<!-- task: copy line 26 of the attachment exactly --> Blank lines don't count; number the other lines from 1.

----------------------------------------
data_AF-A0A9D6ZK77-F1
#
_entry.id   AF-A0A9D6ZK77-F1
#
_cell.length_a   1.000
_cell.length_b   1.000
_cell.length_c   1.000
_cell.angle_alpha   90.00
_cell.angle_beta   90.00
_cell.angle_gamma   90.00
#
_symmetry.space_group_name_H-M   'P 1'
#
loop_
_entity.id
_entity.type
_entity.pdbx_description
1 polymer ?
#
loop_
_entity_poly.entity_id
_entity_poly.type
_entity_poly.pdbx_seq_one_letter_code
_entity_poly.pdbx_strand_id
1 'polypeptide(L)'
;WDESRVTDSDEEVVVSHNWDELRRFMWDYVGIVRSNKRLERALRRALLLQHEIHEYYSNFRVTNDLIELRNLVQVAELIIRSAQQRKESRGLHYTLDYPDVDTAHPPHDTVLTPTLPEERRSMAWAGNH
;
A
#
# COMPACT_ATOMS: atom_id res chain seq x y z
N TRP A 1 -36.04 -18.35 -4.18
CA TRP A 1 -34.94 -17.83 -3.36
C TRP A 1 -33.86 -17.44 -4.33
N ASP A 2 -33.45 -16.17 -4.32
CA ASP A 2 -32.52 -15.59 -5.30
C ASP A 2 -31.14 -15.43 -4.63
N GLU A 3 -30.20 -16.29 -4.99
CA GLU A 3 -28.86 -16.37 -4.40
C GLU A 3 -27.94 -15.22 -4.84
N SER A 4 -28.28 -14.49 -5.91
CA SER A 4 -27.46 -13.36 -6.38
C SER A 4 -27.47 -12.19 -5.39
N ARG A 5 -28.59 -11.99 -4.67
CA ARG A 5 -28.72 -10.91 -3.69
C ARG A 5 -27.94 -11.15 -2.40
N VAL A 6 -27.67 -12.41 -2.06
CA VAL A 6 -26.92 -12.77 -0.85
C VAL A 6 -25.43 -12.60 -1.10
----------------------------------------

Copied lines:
;WDESRVTDSDEEVVVSHNWDELRRFMWDYVGIVRSNKRLERALRRALLLQHEIHEYYSNFRVTNDLIELRNLVQVAELIIRSAQQRKESRGLHYTLDYPDVDTAHPPHDTVLTPTLPEERRSMAWAGNH